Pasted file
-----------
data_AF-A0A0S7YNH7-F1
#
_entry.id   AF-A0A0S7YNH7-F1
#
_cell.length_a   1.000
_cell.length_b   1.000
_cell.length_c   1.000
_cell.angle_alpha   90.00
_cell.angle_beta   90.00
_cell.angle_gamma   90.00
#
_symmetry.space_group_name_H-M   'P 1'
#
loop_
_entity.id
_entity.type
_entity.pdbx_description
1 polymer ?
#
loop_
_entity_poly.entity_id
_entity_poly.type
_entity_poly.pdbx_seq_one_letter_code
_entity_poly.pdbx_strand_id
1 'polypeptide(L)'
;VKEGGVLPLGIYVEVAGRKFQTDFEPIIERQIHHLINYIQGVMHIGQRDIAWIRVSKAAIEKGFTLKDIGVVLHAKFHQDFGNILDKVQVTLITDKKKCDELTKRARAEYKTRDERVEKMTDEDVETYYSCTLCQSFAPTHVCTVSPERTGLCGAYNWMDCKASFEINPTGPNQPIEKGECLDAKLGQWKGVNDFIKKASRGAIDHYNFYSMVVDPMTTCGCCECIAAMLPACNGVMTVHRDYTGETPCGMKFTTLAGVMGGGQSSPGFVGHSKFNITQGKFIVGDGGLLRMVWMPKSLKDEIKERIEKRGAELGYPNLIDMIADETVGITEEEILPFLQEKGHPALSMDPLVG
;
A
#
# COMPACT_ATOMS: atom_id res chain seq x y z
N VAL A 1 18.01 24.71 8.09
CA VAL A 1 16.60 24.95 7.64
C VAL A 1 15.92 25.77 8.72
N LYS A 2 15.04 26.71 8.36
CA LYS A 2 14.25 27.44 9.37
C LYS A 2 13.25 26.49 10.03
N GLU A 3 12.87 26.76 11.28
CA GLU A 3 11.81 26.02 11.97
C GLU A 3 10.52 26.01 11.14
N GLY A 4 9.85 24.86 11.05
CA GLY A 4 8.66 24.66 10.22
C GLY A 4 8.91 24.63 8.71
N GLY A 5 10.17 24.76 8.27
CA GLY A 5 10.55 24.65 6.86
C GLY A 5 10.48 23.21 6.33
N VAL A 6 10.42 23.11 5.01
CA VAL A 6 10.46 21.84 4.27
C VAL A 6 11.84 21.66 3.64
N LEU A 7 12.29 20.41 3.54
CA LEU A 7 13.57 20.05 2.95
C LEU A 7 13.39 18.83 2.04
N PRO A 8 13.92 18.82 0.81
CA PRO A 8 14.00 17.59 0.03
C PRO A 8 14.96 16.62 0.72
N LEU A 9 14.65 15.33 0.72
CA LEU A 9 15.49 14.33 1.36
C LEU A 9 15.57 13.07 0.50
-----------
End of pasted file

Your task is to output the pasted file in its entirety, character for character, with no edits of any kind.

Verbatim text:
data_AF-A0A0S7YNH7-F1
#
_entry.id   AF-A0A0S7YNH7-F1
#
_cell.length_a   1.000
_cell.length_b   1.000
_cell.length_c   1.000
_cell.angle_alpha   90.00
_cell.angle_beta   90.00
_cell.angle_gamma   90.00
#
_symmetry.space_group_name_H-M   'P 1'
#
loop_
_entity.id
_entity.type
_entity.pdbx_description
1 polymer ?
#
loop_
_entity_poly.entity_id
_entity_poly.type
_entity_poly.pdbx_seq_one_letter_code
_entity_poly.pdbx_strand_id
1 'polypeptide(L)'
;VKEGGVLPLGIYVEVAGRKFQTDFEPIIERQIHHLINYIQGVMHIGQRDIAWIRVSKAAIEKGFTLKDIGVVLHAKFHQDFGNILDKVQVTLITDKKKCDELTKRARAEYKTRDERVEKMTDEDVETYYSCTLCQSFAPTHVCTVSPERTGLCGAYNWMDCKASFEINPTGPNQPIEKGECLDAKLGQWKGVNDFIKKASRGAIDHYNFYSMVVDPMTTCGCCECIAAMLPACNGVMTVHRDYTGETPCGMKFTTLAGVMGGGQSSPGFVGHSKFNITQGKFIVGDGGLLRMVWMPKSLKDEIKERIEKRGAELGYPNLIDMIADETVGITEEEILPFLQEKGHPALSMDPLVG
;
A
#
# COMPACT_ATOMS: atom_id res chain seq x y z
N VAL A 1 18.01 24.71 8.09
CA VAL A 1 16.60 24.95 7.64
C VAL A 1 15.92 25.77 8.72
N LYS A 2 15.04 26.71 8.36
CA LYS A 2 14.25 27.44 9.37
C LYS A 2 13.25 26.49 10.03
N GLU A 3 12.87 26.76 11.28
CA GLU A 3 11.81 26.02 11.97
C GLU A 3 10.52 26.01 11.14
N GLY A 4 9.85 24.86 11.05
CA GLY A 4 8.66 24.66 10.22
C GLY A 4 8.91 24.63 8.71
N GLY A 5 10.17 24.76 8.27
CA GLY A 5 10.55 24.65 6.86
C GLY A 5 10.48 23.21 6.33
N VAL A 6 10.42 23.11 5.01
CA VAL A 6 10.46 21.84 4.27
C VAL A 6 11.84 21.66 3.64
N LEU A 7 12.29 20.41 3.54
CA LEU A 7 13.57 20.05 2.95
C LEU A 7 13.39 18.83 2.04
N PRO A 8 13.92 18.82 0.81
CA PRO A 8 14.00 17.59 0.03
C PRO A 8 14.96 16.62 0.72
N LEU A 9 14.65 15.33 0.72
CA LEU A 9 15.49 14.33 1.36
C LEU A 9 15.57 13.07 0.50